There are countless articles available about how you should prepare for an interview, the factors you need to consider before making a move in your career and etc. However there is one point that is not really focused on that often.
Who is going to be your manager?
You can have the best job and work environment (with ping pong tables and bean bags) but without the right manager, you're not going to reach your full potential.
We all have worked in different environments and have seen how managers have different approaches, techniques, personalities and expectations.
Here is a list of manager types to be cautious of:
“The Devil Wears Prada” type
If you haven’t seen the movie, you should rent it now!
This manager type has absolutely no regard for their staff, they believe that they are always right, and it is only their way or the highway. Sounds fun doesn’t it?
Hollywood often portrays these types as pushing someone to become a better version of themselves however anyone who has been in that experience knows that the reality is very different as their narcissistic traits will keep them trapped in a narrow view incapable of receiving new ideas.
Working with this type of management can often be like an abusive relationship. They'll aim to make you think no one else is like them and if you leave, it will be your loss.
They will eventually churn and burn through their team and look for new recruits, often blatantly in front of the people who are still there.
Unfortunately, these type of managers are usually charismatic and can be deceiving in first encounters. But don’t worry, at the end of the article I will give a few tips on how to unveil this before you accept a job.
“Zero Care Factor” type
These are the managers who do not even know why THEY are in their job.
When you talk to them about the business, they don’t seem to have any interests, motives or passion about their work.
In many ways, it feels like they died inside a long time ago and you're just talking to the shell that is going through the motions.
This is bad because, if they don't care about their role, what the hell makes you think they're going to care about you in yours?
This situation is a bit rare, but if you come across it, you know you should walk away. You won't get the support you need because they're not invested in offering it to you.
“I Need a Valium” type
They will come into the meeting rushed. They speak fast and seem to be distracted even when you are talking to them.
The may even constantly remind you about how busy they are and they seem to just emit an area of anxiety that is, sadly, infectious.
If you were to step back and become the observer, you would swear that they were overwhelmed and didn't have a clue as to what they were actually doing. The sad thing is, you might be right.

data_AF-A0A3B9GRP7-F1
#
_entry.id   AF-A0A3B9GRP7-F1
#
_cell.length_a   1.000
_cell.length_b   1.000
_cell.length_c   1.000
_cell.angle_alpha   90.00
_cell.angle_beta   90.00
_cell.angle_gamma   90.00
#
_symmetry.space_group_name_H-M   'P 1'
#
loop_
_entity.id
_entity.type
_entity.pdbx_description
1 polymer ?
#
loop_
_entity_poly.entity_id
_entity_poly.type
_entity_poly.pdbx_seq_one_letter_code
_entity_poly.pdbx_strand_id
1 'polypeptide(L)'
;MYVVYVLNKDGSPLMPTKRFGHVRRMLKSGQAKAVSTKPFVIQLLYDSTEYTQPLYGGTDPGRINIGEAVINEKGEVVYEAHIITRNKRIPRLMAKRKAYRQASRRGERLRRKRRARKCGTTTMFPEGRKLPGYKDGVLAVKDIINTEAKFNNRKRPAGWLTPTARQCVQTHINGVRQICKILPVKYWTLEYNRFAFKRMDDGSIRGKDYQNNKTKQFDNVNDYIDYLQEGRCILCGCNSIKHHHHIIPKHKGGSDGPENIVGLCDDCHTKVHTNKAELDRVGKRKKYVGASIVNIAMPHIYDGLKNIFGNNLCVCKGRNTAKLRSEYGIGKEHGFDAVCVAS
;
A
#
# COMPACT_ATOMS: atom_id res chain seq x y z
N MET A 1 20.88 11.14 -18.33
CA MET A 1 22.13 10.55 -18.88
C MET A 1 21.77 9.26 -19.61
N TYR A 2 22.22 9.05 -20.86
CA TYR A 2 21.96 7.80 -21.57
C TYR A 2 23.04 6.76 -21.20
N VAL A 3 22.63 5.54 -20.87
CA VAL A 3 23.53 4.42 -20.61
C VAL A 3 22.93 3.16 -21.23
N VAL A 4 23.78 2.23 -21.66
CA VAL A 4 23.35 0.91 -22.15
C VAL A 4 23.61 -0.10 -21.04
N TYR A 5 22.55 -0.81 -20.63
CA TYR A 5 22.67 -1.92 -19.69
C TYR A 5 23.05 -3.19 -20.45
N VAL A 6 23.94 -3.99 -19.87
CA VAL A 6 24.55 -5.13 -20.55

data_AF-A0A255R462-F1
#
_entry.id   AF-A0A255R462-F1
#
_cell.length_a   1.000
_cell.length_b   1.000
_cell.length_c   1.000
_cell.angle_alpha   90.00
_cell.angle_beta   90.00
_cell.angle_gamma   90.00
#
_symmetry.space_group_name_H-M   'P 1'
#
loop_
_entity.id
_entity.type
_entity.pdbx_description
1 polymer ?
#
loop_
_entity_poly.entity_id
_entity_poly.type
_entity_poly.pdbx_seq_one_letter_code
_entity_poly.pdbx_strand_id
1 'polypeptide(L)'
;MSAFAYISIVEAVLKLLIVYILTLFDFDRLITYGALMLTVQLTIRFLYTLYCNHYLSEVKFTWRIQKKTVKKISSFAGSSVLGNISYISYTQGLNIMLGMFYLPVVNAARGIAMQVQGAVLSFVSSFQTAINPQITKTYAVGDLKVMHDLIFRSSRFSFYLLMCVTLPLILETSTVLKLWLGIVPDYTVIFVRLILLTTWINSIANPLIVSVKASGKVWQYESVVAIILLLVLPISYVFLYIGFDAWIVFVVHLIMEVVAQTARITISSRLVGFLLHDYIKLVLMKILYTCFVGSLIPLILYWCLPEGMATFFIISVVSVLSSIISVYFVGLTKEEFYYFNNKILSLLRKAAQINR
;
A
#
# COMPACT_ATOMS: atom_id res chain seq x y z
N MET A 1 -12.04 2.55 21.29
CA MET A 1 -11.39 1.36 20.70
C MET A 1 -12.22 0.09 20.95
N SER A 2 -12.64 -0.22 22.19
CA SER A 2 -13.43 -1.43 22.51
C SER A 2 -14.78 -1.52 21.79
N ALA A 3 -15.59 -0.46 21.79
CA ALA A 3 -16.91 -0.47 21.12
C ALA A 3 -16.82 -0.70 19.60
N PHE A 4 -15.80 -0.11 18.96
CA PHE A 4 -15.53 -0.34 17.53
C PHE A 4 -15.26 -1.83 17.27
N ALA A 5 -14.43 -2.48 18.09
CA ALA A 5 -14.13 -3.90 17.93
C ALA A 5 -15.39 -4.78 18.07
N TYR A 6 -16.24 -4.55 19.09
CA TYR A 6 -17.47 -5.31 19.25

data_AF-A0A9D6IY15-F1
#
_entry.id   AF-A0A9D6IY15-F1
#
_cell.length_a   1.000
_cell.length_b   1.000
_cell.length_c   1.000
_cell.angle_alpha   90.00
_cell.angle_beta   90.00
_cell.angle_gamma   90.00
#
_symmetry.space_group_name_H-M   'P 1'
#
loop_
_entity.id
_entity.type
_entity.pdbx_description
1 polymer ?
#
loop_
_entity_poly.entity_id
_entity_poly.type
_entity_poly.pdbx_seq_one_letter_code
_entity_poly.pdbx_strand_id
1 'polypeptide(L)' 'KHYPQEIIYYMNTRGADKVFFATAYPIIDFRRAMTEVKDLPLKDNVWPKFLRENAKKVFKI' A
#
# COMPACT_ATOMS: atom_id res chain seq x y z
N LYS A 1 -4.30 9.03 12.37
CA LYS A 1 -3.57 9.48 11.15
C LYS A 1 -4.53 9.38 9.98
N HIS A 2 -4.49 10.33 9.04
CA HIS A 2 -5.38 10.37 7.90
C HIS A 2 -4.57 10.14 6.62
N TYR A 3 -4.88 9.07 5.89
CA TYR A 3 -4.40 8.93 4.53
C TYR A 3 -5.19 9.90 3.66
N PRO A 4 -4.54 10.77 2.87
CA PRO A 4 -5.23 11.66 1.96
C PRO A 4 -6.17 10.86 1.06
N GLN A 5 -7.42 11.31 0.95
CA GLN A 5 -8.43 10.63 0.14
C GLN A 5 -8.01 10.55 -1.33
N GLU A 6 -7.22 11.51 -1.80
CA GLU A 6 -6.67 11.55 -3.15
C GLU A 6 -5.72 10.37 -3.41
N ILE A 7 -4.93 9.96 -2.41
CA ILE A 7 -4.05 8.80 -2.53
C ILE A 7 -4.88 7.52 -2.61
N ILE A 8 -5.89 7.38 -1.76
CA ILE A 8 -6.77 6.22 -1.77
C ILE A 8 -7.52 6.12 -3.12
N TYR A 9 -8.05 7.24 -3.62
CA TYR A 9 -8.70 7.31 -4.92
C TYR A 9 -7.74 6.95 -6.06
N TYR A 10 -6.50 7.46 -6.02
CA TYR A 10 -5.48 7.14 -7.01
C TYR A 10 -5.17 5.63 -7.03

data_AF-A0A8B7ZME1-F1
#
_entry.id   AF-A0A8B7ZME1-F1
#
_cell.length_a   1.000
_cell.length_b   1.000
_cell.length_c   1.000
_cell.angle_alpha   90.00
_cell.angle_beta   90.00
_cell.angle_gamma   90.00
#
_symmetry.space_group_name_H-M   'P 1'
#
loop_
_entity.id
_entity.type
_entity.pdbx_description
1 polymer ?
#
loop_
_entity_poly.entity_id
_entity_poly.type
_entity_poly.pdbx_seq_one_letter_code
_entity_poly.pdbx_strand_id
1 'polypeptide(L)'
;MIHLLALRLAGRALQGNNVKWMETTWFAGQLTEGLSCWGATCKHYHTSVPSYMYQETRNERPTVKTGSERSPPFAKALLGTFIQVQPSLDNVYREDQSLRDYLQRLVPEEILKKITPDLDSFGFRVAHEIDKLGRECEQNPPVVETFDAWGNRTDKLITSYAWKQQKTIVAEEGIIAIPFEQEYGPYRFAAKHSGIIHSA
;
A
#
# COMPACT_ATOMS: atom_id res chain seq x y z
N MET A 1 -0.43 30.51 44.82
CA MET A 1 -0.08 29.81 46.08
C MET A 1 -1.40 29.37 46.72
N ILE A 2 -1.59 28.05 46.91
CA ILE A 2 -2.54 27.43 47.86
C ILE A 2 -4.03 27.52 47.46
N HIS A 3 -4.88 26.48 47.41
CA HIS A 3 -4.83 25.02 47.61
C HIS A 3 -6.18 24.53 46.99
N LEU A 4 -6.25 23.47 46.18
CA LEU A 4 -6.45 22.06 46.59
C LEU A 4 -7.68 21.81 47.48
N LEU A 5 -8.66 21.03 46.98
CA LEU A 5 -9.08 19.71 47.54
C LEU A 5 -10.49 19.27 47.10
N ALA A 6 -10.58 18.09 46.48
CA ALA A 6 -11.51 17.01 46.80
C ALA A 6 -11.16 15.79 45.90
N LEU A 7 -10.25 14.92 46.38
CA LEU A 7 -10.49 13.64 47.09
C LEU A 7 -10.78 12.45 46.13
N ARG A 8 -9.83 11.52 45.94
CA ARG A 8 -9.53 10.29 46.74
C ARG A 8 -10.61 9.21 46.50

These are the type who were often promoted up through the ranks to a position that is out of their depth and they have not been given the proper support or training to do their job effectively. As a result, they're incapable of actually being able to even think clearly, which means achieving goals and targets let alone a team of people is going to be so much harder.
They are more likely to have unrealistic expectations from themselves which has resulted in their current state. Beware, as those expectations could be projected on to you once you start and there will be no way back.
Tell me what you want, what you really, really want.
But let’s not be so cynical. There are many amazing managers out there who you would want to work with.
They are the ones who:
have visions and are interested in other people’s visions as well.
lead by example.
have the best interest of the business and employees at heart at the same time.
would like to see the business and employees grow with each other.
sit with their employees regularly to understand where they are at.
ask for employees’ input.
are welcoming to new ideas.
provide training opportunities.
How do you qualify a manager?
Once you have gone through the interviews and there is an interest from both parties, it is well within your rights to ask if you can meet with the team.
This is when you can ask your potential new colleagues the following questions:
How would you describe your manager?
How often do you have one on one meetings with your manager to see how you can either grow or enhance your performance?
How long have you been here and why are you staying here?
What training opportunities have you had in the last one year?
These are all open ended questions that can help you gain a clear understanding of the environment that you are stepping into.
Facing the inevitable
No matter how much you investigate, we are inevitably going to find ourselves in positions where we are managed by people who are not a match for us.
When that happens, be sure to take care of yourself as your first priority. Do what you can to destress and to release the tension that you may carry from the experience. Consider what it is that you will need from a role to make you content and put an action plan into place to achieve that goal. Even having that goal to work towards is going to help shake the negative experience you're having to face.
When you're feeling capable of finding new opportunities, the new opportunities will come to you.